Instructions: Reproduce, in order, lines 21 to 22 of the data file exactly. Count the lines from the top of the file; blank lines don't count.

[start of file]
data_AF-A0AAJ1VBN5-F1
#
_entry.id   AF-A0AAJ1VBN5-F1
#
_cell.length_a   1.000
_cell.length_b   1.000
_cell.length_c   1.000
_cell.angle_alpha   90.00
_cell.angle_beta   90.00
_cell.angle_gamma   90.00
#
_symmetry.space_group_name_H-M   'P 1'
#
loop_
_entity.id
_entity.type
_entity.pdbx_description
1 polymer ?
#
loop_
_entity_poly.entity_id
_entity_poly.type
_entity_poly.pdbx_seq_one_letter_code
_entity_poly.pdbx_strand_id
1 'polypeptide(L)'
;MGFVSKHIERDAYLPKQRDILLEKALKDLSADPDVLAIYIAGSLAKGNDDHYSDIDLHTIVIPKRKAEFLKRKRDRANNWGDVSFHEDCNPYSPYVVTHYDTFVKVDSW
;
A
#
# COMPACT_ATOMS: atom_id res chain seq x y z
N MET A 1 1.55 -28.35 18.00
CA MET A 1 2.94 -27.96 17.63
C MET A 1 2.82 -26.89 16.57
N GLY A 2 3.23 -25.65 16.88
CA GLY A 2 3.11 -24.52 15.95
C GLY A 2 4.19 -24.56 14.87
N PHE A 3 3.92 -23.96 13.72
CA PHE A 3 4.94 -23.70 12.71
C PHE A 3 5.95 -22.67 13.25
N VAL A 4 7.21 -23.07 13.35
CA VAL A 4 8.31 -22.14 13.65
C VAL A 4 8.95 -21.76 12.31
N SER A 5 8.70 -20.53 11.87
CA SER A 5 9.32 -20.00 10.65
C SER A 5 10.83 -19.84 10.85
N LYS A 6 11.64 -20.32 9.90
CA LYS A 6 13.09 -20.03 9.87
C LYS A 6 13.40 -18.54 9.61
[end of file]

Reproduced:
_entity_poly.entity_id
_entity_poly.type